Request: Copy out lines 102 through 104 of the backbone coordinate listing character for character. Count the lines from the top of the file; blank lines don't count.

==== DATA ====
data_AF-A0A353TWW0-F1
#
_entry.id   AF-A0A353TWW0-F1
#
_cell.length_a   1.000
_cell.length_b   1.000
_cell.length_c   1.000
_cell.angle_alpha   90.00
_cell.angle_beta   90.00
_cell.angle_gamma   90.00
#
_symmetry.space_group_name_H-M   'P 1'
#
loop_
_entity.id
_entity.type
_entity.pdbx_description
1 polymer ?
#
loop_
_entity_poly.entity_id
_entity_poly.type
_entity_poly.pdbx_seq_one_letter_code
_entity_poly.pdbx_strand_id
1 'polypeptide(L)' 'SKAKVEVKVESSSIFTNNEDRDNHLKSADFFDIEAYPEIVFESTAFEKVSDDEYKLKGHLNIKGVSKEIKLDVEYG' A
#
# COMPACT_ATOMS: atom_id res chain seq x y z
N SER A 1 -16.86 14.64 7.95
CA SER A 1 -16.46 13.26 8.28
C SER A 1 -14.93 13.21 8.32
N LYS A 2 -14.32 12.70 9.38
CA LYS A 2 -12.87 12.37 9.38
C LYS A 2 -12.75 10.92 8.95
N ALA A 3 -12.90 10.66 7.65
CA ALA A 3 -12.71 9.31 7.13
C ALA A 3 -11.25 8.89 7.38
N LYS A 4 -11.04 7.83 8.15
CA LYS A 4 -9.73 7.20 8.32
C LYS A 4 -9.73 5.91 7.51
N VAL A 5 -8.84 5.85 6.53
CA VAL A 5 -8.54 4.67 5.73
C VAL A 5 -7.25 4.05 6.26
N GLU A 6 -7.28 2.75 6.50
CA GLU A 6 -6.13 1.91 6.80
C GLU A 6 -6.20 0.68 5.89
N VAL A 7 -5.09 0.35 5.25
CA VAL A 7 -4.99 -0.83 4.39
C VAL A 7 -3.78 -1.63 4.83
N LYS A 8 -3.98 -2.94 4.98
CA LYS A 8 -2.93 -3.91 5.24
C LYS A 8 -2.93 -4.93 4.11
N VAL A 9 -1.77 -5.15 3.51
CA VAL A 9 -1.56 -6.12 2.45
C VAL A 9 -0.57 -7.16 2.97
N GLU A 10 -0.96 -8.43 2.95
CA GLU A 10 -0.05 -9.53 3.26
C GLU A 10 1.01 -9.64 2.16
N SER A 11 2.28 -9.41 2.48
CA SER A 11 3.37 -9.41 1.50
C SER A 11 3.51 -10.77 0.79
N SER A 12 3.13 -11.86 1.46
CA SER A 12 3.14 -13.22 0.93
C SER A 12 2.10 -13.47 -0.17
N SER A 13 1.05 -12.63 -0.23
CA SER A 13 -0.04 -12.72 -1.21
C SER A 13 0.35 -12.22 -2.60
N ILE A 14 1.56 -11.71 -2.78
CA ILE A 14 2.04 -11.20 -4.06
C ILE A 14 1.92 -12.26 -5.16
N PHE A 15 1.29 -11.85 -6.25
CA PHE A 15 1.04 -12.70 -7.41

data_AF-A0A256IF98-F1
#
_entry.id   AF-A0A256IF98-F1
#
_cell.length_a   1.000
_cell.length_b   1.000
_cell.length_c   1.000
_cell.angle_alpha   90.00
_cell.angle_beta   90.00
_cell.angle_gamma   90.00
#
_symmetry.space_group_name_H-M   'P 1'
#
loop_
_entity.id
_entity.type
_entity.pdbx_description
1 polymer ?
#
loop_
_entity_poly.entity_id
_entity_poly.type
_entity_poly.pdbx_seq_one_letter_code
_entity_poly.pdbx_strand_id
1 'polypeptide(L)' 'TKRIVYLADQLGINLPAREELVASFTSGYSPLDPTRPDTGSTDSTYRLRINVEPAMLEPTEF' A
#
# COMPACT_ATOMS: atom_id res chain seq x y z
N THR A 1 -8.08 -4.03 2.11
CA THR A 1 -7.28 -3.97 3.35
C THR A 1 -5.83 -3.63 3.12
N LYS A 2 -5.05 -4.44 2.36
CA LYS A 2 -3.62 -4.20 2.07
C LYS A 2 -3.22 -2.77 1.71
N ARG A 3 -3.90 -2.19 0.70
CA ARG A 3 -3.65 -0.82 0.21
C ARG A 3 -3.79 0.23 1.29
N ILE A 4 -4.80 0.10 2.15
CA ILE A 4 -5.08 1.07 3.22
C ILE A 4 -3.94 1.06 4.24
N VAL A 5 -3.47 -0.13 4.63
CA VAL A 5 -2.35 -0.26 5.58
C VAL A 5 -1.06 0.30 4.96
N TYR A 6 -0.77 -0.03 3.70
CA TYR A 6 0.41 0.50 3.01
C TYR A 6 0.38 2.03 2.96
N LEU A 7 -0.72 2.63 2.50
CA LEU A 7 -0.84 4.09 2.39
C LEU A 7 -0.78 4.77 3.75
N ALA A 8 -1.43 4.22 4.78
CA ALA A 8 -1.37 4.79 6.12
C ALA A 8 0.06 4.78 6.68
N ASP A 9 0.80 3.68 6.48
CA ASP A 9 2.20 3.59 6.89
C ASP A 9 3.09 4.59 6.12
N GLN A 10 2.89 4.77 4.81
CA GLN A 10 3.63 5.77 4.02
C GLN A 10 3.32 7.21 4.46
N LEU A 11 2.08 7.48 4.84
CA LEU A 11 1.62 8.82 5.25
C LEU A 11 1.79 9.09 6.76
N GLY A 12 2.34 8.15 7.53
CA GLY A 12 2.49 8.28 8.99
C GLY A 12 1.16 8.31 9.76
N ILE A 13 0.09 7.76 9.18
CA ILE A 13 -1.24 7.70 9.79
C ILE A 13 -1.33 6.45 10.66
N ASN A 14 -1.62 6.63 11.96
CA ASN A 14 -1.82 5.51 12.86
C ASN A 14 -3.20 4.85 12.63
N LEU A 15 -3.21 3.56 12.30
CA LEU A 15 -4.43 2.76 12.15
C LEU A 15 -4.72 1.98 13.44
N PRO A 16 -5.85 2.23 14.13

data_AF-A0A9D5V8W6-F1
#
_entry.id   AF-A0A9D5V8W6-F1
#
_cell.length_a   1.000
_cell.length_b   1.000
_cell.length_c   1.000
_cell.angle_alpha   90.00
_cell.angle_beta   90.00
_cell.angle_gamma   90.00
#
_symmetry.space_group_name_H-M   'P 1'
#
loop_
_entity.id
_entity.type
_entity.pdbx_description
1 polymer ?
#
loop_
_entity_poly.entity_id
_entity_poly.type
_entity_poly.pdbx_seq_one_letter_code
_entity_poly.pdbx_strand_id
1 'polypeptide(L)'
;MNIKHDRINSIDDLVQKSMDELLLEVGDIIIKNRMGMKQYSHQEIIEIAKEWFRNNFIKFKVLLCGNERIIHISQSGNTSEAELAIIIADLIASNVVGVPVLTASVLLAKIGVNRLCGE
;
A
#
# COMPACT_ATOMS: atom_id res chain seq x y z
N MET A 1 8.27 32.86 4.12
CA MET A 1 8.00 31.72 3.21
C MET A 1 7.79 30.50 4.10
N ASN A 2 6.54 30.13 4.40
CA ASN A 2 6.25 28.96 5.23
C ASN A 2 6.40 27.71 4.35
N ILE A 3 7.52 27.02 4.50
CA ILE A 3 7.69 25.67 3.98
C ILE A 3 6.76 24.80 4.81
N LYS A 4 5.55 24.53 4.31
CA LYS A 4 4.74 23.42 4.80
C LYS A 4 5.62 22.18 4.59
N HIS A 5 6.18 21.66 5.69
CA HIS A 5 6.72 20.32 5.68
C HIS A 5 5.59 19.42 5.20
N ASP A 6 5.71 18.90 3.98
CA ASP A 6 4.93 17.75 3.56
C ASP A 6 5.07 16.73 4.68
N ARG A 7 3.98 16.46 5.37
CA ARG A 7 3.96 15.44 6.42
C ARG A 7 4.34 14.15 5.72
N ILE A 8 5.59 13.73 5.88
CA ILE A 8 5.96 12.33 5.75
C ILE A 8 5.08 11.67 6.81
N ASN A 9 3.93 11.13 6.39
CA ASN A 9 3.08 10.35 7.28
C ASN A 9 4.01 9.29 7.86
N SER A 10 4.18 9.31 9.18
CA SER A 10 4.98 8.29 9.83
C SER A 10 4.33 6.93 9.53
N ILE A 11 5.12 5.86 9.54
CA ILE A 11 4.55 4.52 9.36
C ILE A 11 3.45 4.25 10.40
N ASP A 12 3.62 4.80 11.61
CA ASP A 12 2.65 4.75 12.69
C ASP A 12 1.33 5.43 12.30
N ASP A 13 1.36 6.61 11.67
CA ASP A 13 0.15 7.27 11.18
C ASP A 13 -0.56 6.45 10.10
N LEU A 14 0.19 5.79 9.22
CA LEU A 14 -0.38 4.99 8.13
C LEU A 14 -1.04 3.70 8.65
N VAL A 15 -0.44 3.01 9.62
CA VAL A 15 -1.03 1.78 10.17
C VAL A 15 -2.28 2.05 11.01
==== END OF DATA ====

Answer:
N LYS A 2 -5.05 -4.44 2.36
CA LYS A 2 -3.62 -4.20 2.07
C LYS A 2 -3.22 -2.77 1.71